Wood Preparation – Machining2018-08-15T09:09:28+00:00



Wood Preparation / Treatment

Microwave technology is not a common method to dry the wood, but it is absolutely more efficient comparing to the other drying methods such as conventional drying methods. By the way, microwave drying doesn’t change mechanical properties of wood badly, unlike it can change in a good way. According to test performed, [1] wood’s bending strength, hardness and color showed no difference with the traditional conventional air circulation method. In fact, if the moisture content is in lower levels wood’s hardness becomes higher during microwave drying. Energy-cost can get %75 less and productivity can get %80 larger than other methods. [2] At the same time, microwave drying is cheaper compared to other methods.

Figure 1 A wood sample drying on a microwave oven

Briefly sawn wood should be dried before making furniture, structures, and so forth., since a living tree has a dry-weight moisture content (mc) regularly surpassing 0.8. For whatever length of time that individuals have utilized wood, man has endeavored to dry it. Before all else wood was most likely just dried with the assistance of air and sun; amid the most recent century there has been a consistent improvement in artificial drying. The most widely recognized drying technique these days is air-flow drying. This drying depends on warm conduction from the surface of the wood towards the inside for dissipation of moisture.

But microwave technology works exactly the opposite, it keeps wood from breaking and contracting, and adjust moisture point. The wood or timber is averagely and consistently vanished by the microwave burrow dryer. After the microwave drying technique, the presence of wood still has unique base. And in this way, it does not cause any change in the outer structure of the material. Microwave additionally empower to sanitize woodworm and hatchling to guarantee wood condition. [3] Extreme microwaves raise the temperature of the wet wood so quick that the water inside the wood cells bubbles. The steam weight shoots small openings through a portion of the wood cells to make better associations between the straws. These pathways make it significantly less demanding for moisture to get away. A large portion of these little pathways must be seen under a microscope (Graham,2014). [4]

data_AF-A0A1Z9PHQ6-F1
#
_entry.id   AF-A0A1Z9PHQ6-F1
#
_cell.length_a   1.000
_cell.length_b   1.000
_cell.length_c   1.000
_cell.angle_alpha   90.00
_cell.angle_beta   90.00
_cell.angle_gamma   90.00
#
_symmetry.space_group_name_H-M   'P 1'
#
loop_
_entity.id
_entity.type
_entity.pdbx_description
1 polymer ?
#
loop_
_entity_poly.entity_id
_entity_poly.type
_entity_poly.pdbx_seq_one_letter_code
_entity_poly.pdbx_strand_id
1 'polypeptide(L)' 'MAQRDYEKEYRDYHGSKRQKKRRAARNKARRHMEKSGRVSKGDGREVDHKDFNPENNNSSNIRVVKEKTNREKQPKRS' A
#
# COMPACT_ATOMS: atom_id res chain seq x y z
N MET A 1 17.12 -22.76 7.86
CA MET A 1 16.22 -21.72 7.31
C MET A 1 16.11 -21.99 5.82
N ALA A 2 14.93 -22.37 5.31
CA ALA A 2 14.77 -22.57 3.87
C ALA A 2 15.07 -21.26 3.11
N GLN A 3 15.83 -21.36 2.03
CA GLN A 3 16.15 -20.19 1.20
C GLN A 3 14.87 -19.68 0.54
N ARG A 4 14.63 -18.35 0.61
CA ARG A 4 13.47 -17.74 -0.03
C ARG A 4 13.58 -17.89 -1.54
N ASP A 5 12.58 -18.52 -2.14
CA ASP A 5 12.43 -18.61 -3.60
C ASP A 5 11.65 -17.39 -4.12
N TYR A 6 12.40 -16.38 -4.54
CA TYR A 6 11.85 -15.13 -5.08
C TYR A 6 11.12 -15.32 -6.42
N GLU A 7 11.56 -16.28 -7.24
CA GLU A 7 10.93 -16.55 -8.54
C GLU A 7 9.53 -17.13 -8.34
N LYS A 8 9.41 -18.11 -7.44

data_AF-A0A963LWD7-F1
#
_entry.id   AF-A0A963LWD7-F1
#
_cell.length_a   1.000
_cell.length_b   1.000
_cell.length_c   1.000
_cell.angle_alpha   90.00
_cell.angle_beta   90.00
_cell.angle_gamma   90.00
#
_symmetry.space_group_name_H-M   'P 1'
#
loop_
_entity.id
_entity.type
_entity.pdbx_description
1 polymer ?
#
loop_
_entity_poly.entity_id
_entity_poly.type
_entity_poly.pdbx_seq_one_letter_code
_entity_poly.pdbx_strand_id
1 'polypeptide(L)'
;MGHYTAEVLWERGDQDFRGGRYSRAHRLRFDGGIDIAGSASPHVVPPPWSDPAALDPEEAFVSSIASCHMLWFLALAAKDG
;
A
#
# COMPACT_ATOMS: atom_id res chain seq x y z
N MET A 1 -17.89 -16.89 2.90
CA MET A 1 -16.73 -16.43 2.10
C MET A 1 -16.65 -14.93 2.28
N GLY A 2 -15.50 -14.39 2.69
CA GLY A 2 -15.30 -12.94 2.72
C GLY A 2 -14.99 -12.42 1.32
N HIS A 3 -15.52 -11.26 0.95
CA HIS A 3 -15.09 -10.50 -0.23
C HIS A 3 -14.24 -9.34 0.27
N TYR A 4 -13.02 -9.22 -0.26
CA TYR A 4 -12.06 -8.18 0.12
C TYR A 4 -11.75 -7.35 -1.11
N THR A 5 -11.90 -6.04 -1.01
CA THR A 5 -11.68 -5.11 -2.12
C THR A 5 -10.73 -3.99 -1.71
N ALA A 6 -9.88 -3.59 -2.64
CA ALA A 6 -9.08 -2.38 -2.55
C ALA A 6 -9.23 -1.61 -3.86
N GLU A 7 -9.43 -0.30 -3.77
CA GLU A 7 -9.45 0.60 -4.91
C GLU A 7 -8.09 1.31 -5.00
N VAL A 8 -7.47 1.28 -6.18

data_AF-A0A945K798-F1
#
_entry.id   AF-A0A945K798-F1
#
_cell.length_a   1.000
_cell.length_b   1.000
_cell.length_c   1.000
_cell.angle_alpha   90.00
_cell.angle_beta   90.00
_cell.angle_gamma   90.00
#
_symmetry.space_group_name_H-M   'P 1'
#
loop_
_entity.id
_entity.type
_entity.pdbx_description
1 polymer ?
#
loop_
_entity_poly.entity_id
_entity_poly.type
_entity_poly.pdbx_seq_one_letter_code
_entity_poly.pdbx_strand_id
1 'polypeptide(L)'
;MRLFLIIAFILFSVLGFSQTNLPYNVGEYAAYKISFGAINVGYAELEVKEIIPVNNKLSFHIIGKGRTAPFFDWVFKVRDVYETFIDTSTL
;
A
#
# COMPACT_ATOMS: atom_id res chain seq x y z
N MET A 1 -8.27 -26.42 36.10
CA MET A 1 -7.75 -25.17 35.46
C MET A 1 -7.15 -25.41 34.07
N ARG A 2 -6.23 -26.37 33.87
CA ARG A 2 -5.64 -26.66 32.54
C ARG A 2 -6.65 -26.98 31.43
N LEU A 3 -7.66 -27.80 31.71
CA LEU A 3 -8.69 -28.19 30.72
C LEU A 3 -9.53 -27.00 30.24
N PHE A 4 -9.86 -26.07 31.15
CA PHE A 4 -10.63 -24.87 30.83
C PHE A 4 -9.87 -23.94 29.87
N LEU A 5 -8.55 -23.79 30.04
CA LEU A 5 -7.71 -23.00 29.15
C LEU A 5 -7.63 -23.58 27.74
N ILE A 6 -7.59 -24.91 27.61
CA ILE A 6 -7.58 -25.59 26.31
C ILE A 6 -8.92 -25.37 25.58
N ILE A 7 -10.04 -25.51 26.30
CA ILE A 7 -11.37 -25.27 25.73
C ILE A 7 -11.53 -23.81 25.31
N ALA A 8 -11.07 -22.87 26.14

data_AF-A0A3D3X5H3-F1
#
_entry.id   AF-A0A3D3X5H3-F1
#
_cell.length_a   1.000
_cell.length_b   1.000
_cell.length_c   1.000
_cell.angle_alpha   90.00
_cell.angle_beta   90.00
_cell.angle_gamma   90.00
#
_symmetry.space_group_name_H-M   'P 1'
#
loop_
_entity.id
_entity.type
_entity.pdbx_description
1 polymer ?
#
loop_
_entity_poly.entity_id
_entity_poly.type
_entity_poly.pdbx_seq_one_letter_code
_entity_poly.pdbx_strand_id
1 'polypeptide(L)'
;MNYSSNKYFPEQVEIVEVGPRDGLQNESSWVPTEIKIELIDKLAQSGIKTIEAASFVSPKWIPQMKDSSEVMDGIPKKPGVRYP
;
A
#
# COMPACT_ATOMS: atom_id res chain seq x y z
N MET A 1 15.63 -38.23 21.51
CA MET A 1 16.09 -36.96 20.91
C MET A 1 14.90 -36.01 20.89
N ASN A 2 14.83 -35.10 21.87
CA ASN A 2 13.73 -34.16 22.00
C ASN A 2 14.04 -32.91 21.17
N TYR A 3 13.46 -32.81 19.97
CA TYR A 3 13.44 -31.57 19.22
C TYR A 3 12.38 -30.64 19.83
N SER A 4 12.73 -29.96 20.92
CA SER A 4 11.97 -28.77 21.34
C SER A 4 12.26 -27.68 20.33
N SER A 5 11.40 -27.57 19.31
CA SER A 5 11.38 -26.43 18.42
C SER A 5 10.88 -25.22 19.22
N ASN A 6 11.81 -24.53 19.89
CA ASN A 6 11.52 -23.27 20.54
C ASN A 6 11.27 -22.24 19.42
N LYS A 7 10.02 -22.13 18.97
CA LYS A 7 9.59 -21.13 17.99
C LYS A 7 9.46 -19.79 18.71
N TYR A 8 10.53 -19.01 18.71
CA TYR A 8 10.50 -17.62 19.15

The drying technique, paying little mind to whether it is microwave drying or air-course drying, has appeared to have no effect on wood strength during controlled drying conditions. Color changes are ordinarily unavoidable in traditional drying, and the reason is accepted to be a mix of drying time and temperature levels amid the diverse drying stages. Truth be told, drying wood with microwave vitality causes no color change, which is certain, as there is an interest for pale items in a few nations. In the furniture and deck businesses, where items made of hardwoods are normal, the color of wood is essential.

Since displaying is a decent apparatus to use for clarifying and understanding the microwave warming and drying process, it would be a test to make a microwave drying model that includes a multiphase stream, i.e., water stream in fluid and gas shape. Another plausibility is build up the model by including warm runaway. Such a total model ought to likewise be reason for future planning of the microwave drying process. Moreover, it is fascinating to examine the impacts of microwave warming and drying on remote wood species, aside from the Nordic sorts of wood, i.e., how the properties, for example, mechanical and shading properties would be influenced. The improvement of a warming and drying model for outside species with shifting fluid porousness would likewise be a valuable advance. Finally, an essential advance is build up a sensor framework for estimating mc without interfering with the drying procedure, i.e., a framework for controlling the drying process adaptively.


[1] https://www.diva-portal.org/smash/get/diva2:999526/FULLTEXT01.pdf

[2] http://processtechnologies.org.uk/wood/

[3] https://www.maxindustrialmicrowave.com/industrial-microwave-for-wood-p-8.html

[4] https://www.theengineer.co.uk/issues/september-2004-online/wood-gets-microwave-treatment/